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Loophole lets Norway's USD 1 trillion fund boost its coal exposure

Norway's Sovereign Wealth Fund has made major divestments from coal assets in recent years, spurred on by parliamentary legislation enacted in 2015. However, an output threshold clause provides a loophole for the fund to increase its overall exposure to the major climate change culprit.

Photo: ritzau/Arkiv/Niels Hougaard

Norway's massive sovereign wealth fund has increased its exposure to coal reserves even after imposing restrictions on investing in the fossil fuel that has seen as one of the main catalysts for global warming, according to a report.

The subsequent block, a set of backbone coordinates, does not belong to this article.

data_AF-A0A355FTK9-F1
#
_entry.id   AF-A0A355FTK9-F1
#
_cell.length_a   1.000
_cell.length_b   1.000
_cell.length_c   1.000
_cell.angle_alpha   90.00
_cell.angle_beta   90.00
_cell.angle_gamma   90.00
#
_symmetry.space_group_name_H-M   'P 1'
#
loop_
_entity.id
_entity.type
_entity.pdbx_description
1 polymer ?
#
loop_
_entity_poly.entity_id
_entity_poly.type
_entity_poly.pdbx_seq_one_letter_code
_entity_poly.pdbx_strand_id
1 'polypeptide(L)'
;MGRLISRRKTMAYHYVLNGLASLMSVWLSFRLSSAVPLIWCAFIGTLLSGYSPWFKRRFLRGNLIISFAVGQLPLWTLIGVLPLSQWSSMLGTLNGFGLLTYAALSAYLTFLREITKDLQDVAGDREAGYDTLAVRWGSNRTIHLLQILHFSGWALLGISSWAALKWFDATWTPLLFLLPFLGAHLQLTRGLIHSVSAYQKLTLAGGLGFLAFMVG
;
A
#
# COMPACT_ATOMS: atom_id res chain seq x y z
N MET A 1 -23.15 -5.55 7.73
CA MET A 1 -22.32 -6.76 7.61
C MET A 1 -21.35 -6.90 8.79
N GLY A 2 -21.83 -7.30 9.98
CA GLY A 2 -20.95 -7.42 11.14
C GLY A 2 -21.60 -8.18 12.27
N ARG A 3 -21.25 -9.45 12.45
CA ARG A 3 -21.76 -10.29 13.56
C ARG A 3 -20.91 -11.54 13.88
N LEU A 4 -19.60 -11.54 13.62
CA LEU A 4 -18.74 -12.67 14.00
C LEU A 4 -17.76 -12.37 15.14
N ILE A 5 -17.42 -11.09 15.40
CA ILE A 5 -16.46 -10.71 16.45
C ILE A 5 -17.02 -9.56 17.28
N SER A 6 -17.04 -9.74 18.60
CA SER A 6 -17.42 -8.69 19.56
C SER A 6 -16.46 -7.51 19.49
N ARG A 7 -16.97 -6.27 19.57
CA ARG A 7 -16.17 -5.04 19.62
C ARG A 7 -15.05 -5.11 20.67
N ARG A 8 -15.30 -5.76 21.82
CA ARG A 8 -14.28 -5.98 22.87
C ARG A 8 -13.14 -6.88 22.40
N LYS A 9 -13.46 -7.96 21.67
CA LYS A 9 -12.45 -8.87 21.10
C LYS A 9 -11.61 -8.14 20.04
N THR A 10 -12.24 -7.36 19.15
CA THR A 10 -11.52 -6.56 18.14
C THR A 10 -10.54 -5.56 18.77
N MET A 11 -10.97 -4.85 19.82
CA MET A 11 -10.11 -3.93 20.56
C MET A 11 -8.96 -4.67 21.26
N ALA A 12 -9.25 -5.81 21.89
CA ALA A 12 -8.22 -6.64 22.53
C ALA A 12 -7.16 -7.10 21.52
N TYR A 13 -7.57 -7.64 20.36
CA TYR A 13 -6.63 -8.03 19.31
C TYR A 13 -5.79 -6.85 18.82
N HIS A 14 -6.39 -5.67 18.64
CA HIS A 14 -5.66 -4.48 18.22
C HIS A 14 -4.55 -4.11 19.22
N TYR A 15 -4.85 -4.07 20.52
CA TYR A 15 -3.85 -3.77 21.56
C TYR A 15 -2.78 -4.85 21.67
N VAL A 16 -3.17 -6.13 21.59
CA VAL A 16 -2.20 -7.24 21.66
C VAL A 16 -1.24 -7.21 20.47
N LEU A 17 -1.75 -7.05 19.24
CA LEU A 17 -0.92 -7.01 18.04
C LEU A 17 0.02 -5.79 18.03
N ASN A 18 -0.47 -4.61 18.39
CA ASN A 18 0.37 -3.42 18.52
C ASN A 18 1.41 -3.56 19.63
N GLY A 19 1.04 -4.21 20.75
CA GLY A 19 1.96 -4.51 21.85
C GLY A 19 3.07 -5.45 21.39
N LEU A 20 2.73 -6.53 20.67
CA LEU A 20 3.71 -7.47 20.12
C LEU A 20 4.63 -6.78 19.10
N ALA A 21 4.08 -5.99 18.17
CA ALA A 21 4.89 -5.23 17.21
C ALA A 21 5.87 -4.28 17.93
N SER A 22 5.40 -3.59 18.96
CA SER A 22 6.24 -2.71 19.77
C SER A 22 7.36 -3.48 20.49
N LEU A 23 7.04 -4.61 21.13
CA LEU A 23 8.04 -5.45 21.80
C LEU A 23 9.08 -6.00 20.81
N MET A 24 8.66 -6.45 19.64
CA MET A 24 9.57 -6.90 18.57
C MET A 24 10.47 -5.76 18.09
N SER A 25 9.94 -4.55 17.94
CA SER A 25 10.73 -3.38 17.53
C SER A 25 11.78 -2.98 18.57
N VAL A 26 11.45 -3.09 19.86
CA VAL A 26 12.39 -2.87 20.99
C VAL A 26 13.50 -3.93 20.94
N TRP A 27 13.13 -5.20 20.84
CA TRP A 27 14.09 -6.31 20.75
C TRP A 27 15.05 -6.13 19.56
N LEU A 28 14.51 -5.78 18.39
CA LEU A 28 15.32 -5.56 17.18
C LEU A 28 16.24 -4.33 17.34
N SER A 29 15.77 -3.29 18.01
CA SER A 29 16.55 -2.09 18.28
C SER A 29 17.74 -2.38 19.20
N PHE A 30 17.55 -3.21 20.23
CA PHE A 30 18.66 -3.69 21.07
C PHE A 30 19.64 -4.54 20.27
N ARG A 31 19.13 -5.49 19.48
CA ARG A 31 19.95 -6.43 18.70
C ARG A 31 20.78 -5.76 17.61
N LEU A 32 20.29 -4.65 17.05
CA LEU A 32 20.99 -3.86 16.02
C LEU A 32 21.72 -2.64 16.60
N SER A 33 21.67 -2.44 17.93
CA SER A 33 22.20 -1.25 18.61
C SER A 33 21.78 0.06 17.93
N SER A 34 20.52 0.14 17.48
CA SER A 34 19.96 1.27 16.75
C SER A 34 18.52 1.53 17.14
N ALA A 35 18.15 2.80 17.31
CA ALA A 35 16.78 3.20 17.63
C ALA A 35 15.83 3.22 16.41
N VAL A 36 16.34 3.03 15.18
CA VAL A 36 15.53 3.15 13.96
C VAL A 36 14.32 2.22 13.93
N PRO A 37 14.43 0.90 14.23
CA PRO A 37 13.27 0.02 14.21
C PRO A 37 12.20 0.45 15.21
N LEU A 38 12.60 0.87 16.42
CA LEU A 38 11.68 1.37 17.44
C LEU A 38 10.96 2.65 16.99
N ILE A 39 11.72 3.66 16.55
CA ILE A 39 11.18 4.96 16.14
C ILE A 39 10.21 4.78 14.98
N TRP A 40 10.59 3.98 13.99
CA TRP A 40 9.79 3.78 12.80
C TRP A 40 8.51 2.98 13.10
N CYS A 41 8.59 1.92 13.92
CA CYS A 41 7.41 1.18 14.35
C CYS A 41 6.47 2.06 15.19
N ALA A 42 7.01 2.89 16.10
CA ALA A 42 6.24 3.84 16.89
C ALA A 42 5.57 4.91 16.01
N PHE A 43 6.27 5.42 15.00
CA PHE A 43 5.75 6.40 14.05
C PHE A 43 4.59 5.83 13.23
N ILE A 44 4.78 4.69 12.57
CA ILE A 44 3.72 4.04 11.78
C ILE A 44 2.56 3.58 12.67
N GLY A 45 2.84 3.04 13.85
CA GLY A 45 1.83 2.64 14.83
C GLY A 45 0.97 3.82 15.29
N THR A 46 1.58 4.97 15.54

The findings are another illustration of how the ban, which restricts investments in companies that get more than 30 percent of their activity or revenue from coal, still allows investments in giants such as trader Glencore Plc and miner BHP Group Ltd. Opposition politicians and environmental groups have called on Norway to close "loopholes" as the government prepares to present a review of the rules this year.

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